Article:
If you have a large property claim and are considering a public adjuster, ask yourself two questions: First, is your company acting quickly to replace your losses? Second, have those efforts been effective and fair?
"Is the company out there within 12 hours, or has it been a week since the fire and no one's come?" says Lambert, also vice president of Early, Cassidy & Schilling Inc., an independent insurance agency in Rockville, Md. "Most good companies are going to come out there pretty quick."
Most well-known companies also are going to play fair when it comes to claims, he says. But, Lambert admits, in today's economy when companies are hurting, "Some are going to play hardball."
There are also a few other instances when it could be practical to hire a public adjuster:
- You've sustained a partial loss. Half the house burned down. Now you've got to document which of your possessions survived the fire, which burned and which are damaged beyond repair.
- You don't have the time to follow up on your claim. Whether you're a two-income couple with kids or a busy professional who travels frequently, filing a claim and following it through will take time, especially if you don't have a record of your possessions and their value.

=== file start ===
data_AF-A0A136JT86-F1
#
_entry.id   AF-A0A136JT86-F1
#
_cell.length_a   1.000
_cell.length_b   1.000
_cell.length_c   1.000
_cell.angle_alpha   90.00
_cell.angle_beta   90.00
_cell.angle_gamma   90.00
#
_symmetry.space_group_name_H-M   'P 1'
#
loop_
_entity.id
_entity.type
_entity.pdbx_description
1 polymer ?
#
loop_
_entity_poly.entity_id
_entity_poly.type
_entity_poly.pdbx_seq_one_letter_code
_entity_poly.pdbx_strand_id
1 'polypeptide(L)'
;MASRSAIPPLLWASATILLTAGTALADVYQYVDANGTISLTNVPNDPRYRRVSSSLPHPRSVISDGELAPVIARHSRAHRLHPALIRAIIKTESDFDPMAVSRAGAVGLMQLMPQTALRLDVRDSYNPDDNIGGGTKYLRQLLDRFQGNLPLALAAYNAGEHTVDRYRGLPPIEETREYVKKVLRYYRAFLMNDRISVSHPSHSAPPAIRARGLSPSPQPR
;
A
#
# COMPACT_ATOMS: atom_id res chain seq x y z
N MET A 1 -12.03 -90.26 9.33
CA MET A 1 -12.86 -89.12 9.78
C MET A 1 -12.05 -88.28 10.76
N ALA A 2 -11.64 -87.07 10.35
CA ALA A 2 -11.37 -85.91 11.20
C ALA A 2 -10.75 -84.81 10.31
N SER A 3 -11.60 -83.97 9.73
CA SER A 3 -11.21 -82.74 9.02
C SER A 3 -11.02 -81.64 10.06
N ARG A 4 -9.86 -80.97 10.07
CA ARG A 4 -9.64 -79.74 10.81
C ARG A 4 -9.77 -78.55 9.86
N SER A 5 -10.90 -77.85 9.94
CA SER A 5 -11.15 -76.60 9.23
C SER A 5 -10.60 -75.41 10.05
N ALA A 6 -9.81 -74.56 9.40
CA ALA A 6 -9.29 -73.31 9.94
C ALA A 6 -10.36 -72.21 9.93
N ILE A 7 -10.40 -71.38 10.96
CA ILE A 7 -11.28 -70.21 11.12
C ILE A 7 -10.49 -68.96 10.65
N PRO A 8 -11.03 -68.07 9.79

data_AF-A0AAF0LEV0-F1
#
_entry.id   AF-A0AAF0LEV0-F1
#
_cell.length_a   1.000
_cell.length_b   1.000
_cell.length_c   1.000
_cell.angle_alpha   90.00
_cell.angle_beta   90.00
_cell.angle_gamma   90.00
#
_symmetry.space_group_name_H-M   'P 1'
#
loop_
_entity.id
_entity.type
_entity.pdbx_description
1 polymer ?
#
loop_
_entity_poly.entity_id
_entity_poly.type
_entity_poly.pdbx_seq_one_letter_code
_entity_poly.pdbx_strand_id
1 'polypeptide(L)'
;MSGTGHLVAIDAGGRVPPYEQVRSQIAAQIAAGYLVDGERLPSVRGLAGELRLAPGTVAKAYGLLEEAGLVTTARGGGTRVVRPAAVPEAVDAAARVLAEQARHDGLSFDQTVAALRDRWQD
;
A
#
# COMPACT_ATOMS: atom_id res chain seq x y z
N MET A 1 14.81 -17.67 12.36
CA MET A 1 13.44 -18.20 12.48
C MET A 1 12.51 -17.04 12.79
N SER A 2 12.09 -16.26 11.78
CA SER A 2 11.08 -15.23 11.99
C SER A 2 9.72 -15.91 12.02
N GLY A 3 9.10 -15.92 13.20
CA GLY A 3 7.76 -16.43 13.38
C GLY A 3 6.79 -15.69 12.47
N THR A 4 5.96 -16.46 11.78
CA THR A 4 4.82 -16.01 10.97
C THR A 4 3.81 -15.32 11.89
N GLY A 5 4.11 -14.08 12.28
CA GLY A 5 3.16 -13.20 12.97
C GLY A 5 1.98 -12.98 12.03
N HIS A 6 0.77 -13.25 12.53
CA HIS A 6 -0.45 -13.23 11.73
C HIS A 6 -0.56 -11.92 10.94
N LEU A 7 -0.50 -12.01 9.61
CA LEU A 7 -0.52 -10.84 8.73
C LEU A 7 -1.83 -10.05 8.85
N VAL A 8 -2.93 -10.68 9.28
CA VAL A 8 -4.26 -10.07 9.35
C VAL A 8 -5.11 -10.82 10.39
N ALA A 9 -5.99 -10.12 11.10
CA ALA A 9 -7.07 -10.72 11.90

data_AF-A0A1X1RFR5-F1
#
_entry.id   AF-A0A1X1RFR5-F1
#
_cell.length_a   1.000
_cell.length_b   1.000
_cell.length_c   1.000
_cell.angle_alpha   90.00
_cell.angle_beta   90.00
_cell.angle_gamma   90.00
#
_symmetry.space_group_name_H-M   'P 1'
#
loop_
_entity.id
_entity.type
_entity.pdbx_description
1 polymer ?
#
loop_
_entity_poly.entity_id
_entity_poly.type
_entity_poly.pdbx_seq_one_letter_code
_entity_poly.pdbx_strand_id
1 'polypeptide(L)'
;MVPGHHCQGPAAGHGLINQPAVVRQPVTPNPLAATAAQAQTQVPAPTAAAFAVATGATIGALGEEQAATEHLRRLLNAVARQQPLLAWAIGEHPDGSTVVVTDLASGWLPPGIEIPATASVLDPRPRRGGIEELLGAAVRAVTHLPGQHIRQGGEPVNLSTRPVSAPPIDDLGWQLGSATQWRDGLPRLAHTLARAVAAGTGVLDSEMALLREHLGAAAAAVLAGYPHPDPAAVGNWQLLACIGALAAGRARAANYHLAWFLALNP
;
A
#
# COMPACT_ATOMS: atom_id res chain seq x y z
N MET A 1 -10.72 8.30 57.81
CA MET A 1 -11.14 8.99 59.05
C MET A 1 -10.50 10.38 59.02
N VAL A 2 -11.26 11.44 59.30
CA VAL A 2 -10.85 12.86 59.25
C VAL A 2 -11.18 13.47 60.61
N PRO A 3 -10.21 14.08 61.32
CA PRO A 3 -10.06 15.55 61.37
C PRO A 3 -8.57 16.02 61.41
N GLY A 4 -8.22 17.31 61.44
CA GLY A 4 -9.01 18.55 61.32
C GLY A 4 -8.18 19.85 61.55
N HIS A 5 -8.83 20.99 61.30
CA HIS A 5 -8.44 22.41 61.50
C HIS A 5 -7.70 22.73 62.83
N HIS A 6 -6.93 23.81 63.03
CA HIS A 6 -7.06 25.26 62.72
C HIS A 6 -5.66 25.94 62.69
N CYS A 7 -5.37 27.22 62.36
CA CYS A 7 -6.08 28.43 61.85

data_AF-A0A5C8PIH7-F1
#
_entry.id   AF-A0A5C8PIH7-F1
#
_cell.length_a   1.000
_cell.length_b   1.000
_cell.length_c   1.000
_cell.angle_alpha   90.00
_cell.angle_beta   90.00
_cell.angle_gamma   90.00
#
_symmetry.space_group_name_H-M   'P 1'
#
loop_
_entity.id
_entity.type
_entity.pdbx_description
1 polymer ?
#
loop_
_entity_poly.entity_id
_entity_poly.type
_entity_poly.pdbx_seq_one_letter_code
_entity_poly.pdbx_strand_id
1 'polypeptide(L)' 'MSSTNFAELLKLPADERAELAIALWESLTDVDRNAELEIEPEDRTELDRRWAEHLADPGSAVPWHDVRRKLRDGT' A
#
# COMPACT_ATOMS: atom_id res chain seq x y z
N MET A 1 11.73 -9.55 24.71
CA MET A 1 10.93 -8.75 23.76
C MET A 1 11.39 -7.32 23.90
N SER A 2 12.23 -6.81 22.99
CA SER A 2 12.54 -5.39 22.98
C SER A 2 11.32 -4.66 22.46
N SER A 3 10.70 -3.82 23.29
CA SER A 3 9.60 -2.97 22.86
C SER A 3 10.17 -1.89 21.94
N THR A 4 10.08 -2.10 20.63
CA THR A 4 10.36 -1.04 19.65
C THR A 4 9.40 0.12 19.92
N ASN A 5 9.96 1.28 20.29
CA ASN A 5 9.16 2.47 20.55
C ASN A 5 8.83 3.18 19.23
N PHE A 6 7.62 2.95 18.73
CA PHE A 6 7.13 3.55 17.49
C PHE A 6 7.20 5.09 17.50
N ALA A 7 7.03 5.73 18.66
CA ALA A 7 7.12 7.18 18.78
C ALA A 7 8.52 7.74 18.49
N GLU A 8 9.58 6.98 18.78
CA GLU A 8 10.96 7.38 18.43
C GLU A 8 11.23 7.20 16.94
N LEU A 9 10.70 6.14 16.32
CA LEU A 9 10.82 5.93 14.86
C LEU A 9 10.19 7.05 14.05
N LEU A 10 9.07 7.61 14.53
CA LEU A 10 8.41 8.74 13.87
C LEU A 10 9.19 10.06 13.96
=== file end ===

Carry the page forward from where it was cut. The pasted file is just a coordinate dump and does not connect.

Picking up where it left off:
- You had loved ones injured or killed in the incident. If you're spending your days at the hospital or mourning a family member, you may not even want to think about the claims process.
- The loss is business-related. Rather than assign an employee to handle the claim, some companies will outsource the job.
Even though you'll want to move fast, you still have to do your homework before you hire a public adjuster.
"It's delegating," says Farrell. "You're hiring their knowledge and expertise. It looks good on paper, but it's easy to get ripped off."
And while it should go without saying that you don't hire the public adjuster who knocks on what's left of your door after a fire or tornado, plenty of desperate folks have done just that and really regretted it.